In gunnery training, the A.9 was found to pitch violently at speed and be pretty hopeless when firing on the move. Happily, this design flaw helped to discourage this rather ineffective practice and convinced some British gunnery officers to shake the habit.
The Only Variant
Approximately 40 vehicles, a little under ⅓ of the production run, were altered and instead armed with the Ordnance, QF 3.7-inch howitzer, (94 mm). These could fire a powerful High Explosive shell and solved the soft target dilemma. However, as well as depriving these vehicles of their ability to deal with enemy tanks, the insufficient velocity of this gun meant the A.9 ‘Close-Support’ was vulnerable to anti-tank guns which could out-range it.
These units carried 40 shells for the 3.7 inch guns and, as they were mostly attached to Headquarters units, they ended up carrying mostly smoke shells for emergencies, a ponderous decision that left them with little to do in an actual engagement.
The failure of these units to be used effectively in conjunction with their standard counterparts is a fair example of the lack of appreciation for full combined arms operations which the British held, and it would take several years of war for them to begin to overcome these doctrinal problems.
Cruisers Into Battle
About 24 Cruiser A.9’s equipped the two brigades of 1st Armoured Division when they were sent to France as part of the British Expeditionary Force (BEF) in May 1940. Each Regiment had a mix of the early cruiser designs produced up to that point, around 80 total, and many Vickers light tanks to make up the numbers. Such was the rush to get the units shipped over that many of the crews had received limited training and, crucially, had not been equipped with wireless sets or proper gunnery optics in some cases. In their baptism of fire, the A9’s were found to be too weakly armored, and the engine was not powerful enough to sustain acceptable speed on rough ground for long periods of time. After driving long distances, the tracks would shake themselves loose of their minor guiding and were routinely falling off, and the clutch faded quickly. Due to the restrictions of their dimensions, the vehicles and their tracks were also found to be too narrow, and their grip on uneven ground was abysmal.
There were no problems with the gun but it scarcely mattered. The 1st Armoured landed west of the Dunkirk pocket, near Cherbourg, rushed forwards in an attempt to relieve them and, without proper artillery, infantry or air support, was swiftly thrown back facing heavy losses. One of the most infamous events of their campaign occurred on 27th May 1940, on the Somme, near Abbeville, where the 10th Hussars were ordered to make a counterattack against the advancing Germans. On the day they were not told the French contingent providing their Artillery support had been called off, and the 30 Cruiser tanks retreated in chaos under heavy fire from concealed anti-tank guns, knocking several out and killing 20 men in under 10 minutes. What followed was a sapping few weeks of rearguard actions and evacuation, in which virtually all of the division’s tanks were lost. All of the cruisers had performed much the same.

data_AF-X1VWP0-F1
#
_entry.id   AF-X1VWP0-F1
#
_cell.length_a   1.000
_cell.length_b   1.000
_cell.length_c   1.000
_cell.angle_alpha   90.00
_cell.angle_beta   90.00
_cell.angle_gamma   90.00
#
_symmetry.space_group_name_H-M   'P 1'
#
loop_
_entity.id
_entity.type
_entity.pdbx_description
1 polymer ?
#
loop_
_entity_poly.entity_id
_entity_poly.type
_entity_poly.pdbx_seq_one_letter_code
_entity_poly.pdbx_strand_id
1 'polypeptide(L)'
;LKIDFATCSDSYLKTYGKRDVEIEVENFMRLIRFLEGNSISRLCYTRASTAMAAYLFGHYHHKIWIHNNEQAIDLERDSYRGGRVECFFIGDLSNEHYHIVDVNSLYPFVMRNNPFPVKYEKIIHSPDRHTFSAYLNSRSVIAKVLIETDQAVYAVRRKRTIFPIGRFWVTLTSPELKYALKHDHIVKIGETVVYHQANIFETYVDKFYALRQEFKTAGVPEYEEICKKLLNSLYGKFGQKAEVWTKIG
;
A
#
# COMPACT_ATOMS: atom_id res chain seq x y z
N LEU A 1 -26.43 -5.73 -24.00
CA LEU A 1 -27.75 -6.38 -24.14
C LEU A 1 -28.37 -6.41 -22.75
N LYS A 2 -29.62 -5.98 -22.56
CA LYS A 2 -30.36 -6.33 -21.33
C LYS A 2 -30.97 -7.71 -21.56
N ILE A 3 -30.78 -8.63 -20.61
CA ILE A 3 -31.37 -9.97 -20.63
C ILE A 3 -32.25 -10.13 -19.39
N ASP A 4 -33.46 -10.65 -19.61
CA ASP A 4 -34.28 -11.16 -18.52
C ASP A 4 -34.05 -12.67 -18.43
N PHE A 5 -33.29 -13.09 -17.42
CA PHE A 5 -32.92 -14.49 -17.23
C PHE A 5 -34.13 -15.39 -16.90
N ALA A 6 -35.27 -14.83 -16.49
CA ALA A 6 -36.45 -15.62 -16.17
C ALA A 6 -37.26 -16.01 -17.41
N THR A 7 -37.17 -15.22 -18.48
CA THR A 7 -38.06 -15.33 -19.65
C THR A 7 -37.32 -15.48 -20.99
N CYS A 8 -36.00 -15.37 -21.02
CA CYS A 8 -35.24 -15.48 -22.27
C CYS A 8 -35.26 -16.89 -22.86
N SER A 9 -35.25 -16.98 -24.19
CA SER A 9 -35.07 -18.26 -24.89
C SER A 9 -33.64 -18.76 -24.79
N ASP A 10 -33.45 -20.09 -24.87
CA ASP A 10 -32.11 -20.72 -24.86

In the following months, a further 70 A.9’s were shipped to North Africa equipping the 2nd and 7th Armoured Divisions along with their sister cruisers, all rapidly approaching obsolescence at about the same rate. Their performance in North Africa was broadly the same as established. In December of 1940 however, they were employed successfully against the even more ill-equipped Italians in Operation Compass along with the rest of the British armored units. Their reliability in the desert suffered greatly as a result of insufficient engine cooling and their troublesome tracks struggling in deep sand. Some of these 70 were diverted to Greece and, during the evacuation there, all were lost. In the desert, they were used pretty much until exhaustion in the summer of 1941. The remaining 30 or so that stayed in Britain were retired from service at the end of the year, though some were kept around for training purposes.
A few reserve A.9’s were used for experiments in tank disguise in the desert in 1941, which later became Operation Bertram, in which a canvas or ‘sunshield’ supported by a light steel frame was lifted over the tanks to disguise them as Lorries, at least at long distance or from the air. This tactic was employed successfully in the run up to the Second Battle of El Alamein in October 1942, with real tanks disguised as trucks while dummy tanks were placed in other positions, fooling the Germans as to the intended axis of the attack. This was a significant factor in the success of the opening phase of the operation, which would result in one of the most significant British victories of the war.